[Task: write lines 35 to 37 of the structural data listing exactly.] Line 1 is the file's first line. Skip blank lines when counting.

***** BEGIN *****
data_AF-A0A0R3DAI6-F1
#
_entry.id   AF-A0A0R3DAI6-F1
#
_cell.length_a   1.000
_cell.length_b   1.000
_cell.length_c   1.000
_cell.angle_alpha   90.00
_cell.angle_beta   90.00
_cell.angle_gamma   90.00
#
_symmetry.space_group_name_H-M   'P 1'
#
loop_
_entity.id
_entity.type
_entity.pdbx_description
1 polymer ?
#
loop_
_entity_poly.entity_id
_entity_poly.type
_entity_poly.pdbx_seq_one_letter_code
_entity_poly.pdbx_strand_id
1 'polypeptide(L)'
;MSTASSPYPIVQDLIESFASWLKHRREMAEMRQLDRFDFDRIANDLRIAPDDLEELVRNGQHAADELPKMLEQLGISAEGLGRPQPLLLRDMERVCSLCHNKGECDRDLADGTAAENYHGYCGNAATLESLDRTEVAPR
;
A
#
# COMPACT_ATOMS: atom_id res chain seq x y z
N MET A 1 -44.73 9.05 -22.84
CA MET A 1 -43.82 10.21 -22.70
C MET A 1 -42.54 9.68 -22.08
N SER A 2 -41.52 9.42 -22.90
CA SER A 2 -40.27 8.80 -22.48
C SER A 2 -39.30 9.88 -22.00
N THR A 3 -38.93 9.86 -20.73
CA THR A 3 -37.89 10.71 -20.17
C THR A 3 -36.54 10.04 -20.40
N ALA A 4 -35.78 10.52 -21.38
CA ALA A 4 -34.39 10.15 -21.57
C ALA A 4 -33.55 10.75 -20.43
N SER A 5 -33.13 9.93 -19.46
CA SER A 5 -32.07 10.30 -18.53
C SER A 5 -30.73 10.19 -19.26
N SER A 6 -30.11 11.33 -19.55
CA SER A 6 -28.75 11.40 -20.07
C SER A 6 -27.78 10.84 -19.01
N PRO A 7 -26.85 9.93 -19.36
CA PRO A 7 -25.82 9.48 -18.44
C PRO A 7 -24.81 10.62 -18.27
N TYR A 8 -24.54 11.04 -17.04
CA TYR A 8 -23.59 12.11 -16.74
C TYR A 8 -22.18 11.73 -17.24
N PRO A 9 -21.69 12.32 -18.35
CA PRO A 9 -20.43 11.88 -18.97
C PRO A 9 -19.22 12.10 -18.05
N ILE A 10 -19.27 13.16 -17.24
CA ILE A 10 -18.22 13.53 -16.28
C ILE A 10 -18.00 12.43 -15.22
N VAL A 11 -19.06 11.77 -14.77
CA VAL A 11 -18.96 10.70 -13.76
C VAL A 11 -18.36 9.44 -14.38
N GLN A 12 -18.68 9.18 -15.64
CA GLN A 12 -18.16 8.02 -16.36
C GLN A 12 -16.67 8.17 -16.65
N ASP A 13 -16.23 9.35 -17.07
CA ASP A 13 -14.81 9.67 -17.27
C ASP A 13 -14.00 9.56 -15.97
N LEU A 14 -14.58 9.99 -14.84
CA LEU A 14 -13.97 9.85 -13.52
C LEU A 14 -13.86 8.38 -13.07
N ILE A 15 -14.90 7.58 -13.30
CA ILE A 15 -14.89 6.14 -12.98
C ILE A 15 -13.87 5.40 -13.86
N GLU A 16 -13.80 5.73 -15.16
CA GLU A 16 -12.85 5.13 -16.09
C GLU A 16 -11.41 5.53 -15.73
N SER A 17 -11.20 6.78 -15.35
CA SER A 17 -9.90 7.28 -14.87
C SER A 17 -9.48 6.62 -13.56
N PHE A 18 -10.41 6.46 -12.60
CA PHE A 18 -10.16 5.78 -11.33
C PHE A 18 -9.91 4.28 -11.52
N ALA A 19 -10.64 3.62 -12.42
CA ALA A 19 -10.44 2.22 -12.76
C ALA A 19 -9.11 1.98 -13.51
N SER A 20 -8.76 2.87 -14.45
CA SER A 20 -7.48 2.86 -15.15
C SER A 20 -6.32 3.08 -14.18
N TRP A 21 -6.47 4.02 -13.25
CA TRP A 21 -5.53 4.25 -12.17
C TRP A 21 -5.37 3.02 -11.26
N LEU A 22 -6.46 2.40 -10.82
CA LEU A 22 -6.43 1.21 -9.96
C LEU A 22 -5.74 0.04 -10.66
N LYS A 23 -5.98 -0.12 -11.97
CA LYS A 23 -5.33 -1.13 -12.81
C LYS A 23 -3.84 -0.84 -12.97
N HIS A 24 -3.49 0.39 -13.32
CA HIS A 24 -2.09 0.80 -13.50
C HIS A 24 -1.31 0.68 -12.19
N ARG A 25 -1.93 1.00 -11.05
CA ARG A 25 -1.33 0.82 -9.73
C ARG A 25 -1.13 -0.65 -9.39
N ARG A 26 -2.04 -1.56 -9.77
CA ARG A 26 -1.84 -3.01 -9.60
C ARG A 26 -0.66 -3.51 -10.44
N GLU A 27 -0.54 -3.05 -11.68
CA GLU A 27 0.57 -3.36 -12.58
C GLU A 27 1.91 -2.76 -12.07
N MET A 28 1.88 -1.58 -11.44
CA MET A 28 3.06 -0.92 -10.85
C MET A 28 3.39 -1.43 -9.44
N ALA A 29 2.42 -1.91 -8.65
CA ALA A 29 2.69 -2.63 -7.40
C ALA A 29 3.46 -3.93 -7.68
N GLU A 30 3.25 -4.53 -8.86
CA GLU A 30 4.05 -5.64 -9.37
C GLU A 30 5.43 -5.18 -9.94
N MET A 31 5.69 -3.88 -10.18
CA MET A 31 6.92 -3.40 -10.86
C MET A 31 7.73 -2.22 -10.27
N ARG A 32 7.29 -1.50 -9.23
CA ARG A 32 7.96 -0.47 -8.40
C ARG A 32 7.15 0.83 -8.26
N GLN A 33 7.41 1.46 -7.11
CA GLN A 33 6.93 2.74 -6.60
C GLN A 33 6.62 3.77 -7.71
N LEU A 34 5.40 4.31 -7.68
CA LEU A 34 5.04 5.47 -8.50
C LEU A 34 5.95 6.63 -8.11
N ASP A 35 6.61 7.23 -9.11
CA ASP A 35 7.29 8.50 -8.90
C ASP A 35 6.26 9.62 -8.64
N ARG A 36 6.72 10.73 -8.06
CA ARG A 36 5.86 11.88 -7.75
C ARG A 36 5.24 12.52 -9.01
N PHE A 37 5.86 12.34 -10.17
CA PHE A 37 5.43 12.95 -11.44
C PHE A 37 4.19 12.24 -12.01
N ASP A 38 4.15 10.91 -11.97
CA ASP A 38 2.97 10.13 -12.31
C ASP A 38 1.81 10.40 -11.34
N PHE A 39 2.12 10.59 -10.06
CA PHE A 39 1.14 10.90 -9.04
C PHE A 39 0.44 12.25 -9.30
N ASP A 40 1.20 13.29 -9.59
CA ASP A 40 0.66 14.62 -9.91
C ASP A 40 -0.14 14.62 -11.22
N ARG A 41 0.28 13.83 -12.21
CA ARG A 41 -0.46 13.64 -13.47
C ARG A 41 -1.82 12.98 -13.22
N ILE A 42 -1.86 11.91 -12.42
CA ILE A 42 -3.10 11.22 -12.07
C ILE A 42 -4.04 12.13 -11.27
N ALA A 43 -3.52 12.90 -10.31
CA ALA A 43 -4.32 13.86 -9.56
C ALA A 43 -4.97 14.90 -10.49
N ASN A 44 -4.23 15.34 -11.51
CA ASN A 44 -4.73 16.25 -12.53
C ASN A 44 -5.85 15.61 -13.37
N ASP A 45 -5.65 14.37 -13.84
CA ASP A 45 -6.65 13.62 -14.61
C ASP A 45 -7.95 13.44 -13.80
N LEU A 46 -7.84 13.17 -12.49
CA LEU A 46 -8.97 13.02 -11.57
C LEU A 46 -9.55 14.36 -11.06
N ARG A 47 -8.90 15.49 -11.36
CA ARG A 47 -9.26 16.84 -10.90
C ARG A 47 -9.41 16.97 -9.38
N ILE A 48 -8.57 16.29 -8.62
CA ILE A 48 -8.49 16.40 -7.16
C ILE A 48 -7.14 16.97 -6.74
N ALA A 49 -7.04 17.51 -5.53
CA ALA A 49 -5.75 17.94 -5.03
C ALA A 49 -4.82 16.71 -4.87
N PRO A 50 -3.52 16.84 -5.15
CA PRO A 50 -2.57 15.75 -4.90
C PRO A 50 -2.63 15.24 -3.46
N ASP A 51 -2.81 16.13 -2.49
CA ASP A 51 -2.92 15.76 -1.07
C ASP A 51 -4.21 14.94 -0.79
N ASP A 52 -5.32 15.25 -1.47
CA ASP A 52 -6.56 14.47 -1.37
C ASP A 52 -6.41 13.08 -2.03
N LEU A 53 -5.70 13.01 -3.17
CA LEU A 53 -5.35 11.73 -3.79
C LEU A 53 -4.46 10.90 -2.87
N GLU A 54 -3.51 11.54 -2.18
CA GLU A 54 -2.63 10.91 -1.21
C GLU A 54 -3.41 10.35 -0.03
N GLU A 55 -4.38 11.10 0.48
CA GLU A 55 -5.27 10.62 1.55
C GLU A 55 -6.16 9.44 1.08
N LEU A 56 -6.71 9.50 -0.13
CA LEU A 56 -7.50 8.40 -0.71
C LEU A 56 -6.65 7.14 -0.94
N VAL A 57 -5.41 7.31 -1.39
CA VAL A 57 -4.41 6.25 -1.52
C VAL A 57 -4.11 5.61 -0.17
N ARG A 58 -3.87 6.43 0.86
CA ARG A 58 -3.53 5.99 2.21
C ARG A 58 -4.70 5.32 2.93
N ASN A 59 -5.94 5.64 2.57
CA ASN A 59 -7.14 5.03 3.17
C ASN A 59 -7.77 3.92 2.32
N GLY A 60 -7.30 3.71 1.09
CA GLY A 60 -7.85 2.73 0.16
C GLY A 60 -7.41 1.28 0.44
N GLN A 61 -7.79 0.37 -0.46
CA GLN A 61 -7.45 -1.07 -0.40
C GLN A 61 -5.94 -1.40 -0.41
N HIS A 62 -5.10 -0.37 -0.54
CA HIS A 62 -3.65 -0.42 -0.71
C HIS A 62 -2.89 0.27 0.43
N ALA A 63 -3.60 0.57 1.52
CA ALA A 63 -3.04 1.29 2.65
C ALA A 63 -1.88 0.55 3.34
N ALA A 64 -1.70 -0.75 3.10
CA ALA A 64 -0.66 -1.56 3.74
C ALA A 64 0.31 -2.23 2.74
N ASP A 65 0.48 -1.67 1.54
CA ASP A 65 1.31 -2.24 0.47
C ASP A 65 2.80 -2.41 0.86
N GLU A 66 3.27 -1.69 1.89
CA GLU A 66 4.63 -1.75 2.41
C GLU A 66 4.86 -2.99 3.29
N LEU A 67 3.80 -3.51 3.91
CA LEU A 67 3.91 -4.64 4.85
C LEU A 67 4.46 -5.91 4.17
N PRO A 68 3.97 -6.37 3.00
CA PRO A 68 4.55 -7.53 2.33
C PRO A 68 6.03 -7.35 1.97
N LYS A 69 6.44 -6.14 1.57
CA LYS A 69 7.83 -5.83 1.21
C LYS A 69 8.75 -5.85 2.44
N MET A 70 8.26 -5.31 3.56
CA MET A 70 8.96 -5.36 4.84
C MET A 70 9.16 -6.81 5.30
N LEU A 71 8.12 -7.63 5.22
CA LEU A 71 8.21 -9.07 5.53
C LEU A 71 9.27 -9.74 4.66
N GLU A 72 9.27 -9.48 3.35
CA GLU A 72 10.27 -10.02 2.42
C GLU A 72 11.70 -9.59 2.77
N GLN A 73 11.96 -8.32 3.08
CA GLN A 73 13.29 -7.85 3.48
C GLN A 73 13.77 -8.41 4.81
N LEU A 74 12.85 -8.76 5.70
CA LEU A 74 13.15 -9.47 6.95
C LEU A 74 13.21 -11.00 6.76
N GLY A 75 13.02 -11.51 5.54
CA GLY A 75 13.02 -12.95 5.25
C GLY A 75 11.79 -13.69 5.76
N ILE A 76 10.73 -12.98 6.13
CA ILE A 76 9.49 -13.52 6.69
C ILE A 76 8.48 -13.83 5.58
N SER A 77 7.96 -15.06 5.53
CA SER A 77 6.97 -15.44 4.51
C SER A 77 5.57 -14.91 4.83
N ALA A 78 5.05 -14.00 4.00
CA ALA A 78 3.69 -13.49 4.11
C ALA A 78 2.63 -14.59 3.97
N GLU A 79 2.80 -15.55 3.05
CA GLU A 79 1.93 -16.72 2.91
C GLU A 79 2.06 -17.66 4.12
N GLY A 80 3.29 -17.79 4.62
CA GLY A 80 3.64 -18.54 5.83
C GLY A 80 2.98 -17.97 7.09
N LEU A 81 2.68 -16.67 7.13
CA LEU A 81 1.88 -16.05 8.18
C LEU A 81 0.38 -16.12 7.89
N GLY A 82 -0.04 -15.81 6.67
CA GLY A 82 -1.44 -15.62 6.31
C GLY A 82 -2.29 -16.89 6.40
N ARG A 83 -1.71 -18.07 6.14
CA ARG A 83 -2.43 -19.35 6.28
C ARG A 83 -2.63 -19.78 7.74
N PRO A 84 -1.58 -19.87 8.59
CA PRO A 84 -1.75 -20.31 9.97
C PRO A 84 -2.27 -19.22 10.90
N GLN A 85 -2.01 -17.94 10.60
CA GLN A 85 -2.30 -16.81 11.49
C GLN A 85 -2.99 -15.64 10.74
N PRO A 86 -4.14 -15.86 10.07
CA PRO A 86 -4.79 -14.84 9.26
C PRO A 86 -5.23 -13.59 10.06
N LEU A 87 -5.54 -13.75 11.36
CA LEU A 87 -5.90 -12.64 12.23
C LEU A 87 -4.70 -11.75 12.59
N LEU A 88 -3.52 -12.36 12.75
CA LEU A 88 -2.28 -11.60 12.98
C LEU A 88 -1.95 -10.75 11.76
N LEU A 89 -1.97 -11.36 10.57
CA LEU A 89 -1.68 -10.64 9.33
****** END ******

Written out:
CA SER A 2 -40.27 8.80 -22.48
C SER A 2 -39.30 9.88 -22.00
N THR A 3 -38.93 9.86 -20.73